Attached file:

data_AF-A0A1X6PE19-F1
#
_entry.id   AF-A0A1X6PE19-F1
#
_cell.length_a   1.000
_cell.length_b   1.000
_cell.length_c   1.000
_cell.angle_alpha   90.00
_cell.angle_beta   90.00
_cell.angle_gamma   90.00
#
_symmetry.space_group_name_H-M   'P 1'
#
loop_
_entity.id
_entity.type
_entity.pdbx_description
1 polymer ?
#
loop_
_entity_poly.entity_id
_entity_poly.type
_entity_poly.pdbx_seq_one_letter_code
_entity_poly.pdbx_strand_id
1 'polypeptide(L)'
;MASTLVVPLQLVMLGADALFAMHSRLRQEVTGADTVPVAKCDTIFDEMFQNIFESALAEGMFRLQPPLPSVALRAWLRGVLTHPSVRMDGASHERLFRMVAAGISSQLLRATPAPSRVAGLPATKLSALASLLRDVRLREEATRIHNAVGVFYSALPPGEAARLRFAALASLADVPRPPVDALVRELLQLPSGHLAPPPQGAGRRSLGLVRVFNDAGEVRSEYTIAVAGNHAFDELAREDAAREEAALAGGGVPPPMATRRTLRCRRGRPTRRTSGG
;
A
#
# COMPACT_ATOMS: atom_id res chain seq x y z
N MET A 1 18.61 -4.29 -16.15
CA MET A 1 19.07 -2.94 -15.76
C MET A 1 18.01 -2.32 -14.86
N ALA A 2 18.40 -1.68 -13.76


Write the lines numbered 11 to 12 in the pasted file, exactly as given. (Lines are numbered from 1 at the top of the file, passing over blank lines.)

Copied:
#
_symmetry.space_group_name_H-M   'P 1'